1968 Mexico City Summer Olympic Games
1968 Mexico City Summer Olympic Games
Few who witnessed Tommie Smith's and John Carlos's black power salute on the medal stand on 16 October, 1968, following their gold and bronze medal performances in the 200 meters at the Mexico City Olympic Games, could remain neutral about the sentiments behind their protest. Fewer still could challenge the symbolic significance of their action. Nor was it possible to explain their stance as the actions of isolated extremists, for while they provided the most public protest of those games, their action articulated a political sentiment that was widespread among African American athletes competing for the United States. Smith and Carlos, in stocking feet, wearing black beads and black scarves, with their black-gloved fists raised over their heads as the American national anthem was played, used the biggest stage in sports to air grievances about racial injustice in the United States.
The Mexico City Olympics had arrived during a transitional period in the American civil rights movement. Although the movement had achieved important success in gaining legal protections for African Americans, particularly in dismantling "Jim Crow" laws mandating segregation in the southern states, the movement had been less successful in ameliorating economic disparity between whites and blacks. Frustrated with white America's lack of commitment to change, many younger African Americans, especially men, increasingly supported the more militant black power wing of the movement, turning away from older leaders who had emphasized alliances with white liberals.
These changes were reflected within the sports world. Led by Harry Edwards, a sociologist at San Jose State in the late 1960s, a group of 50 to 60 African American athletes representing several sports, particularly track and field, formed the Olympic Project for Human Rights, an organization which hoped to use its visibility within the sports world for political action. Reflecting prejudices even among individuals fighting against bigotry, however, membership was limited to men. Although members of the project rejected a suggestion that they boycott the Mexico City Games in protest, some athletes resolved to take individual action. The assassination of civil rights leader Dr. Martin Luther King in April, 1968, only heightened tensions in the months leading up to the games, as did attempts by the white Olympic leadership to allow South Africa in the games, despite that nation's policy of racial apartheid.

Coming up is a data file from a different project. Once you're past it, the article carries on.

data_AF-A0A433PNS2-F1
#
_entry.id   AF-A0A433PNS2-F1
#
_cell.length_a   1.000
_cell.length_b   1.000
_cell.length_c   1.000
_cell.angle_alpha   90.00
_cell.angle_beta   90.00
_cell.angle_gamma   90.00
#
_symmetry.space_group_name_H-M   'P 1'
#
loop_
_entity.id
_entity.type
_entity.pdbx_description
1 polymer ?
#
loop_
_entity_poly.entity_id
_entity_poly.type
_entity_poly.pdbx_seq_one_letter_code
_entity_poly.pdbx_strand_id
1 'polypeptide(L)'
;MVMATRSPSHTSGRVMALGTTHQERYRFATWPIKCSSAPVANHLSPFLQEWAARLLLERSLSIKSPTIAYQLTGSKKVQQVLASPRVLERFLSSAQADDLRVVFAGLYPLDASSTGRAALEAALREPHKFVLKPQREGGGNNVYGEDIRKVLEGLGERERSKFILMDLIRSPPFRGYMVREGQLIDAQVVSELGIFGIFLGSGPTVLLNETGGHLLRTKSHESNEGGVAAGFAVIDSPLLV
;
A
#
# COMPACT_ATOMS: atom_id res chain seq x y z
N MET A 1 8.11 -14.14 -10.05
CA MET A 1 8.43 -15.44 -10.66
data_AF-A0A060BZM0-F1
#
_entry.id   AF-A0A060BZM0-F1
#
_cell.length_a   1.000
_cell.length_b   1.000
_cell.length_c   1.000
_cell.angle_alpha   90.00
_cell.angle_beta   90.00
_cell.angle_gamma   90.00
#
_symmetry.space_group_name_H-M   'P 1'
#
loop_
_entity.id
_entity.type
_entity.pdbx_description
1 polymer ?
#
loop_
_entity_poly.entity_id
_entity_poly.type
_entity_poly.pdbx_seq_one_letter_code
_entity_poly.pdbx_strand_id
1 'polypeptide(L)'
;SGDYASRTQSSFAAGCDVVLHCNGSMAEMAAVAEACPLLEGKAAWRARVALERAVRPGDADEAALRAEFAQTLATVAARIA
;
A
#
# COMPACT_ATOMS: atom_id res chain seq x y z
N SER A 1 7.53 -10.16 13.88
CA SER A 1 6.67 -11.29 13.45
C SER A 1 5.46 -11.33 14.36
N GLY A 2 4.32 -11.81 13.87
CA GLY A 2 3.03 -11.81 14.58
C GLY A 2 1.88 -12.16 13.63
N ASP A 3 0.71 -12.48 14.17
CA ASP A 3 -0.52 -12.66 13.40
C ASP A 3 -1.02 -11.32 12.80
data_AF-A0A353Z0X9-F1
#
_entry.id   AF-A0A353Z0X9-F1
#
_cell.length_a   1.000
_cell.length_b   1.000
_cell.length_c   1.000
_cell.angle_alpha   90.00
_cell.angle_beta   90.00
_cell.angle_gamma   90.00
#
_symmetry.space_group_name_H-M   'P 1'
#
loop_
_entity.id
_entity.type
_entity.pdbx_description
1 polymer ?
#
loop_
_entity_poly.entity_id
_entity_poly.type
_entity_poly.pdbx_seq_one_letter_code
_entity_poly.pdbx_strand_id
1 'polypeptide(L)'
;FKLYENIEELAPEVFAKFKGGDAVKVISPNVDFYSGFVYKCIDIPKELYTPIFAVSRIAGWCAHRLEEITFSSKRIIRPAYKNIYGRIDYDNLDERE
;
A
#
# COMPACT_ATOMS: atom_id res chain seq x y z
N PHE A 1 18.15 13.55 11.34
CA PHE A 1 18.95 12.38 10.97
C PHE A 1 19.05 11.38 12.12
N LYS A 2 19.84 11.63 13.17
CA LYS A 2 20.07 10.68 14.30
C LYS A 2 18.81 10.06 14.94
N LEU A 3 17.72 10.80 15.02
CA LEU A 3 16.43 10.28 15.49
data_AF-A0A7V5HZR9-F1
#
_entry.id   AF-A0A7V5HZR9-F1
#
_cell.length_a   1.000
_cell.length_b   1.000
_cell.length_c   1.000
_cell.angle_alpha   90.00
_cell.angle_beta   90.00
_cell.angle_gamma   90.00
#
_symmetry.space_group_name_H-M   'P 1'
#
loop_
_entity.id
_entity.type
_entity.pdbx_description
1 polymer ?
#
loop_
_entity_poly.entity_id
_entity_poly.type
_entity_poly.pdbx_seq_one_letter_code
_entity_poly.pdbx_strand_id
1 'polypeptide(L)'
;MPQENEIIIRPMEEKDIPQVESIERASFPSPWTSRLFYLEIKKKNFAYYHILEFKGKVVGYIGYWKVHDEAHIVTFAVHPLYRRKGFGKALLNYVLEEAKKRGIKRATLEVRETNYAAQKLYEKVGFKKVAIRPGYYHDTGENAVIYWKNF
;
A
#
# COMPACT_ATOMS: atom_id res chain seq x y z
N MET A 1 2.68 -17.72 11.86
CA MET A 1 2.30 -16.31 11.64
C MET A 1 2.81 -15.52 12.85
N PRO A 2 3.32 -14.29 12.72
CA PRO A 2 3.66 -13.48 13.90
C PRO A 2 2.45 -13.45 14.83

These Olympic Games saw tremendous performances by African American athletes, as many resolved to make their statements through competition. African American athletes won ten golds and set seven world records in track and field. Several black athletes, including heavyweight boxer George Foreman, also won gold medals in other sports.
As a result of their silent protest, Smith and Carlos were stripped of their medals, becoming the only athletes to be punished in that way for political reasons by the United States Olympic Committee. (Silver medalist Peter Norman of Australia, a white athlete who also participated in the protest, was severely reprimanded by his national sports federation as well.) Their protest highlighted the relationship between race, politics, and sports in their era, much as Jesse Owens' victories in the 1936 Berlin Games had done for his.
Espy, Richard. The Politics of the Olympic Games. Berkeley, University of California Press, 1979.
Guttman, Allen. The Olympics: A History of the Modern Games. Urbana, University of Illinois Press, 1992.
Moore, Kenny. "A Courageous Stand: In '68, Olympians Tommie Smith and John Carlos Raised Their Fists for Racial Justice." Sports Illustrated. August 5, 1991.
——. "The Eye of the Storm: The Lives of the U.S. Olympians Who Protested Racism in 1968 Were Changed Forever." Sports Illustrated. August 12, 1991.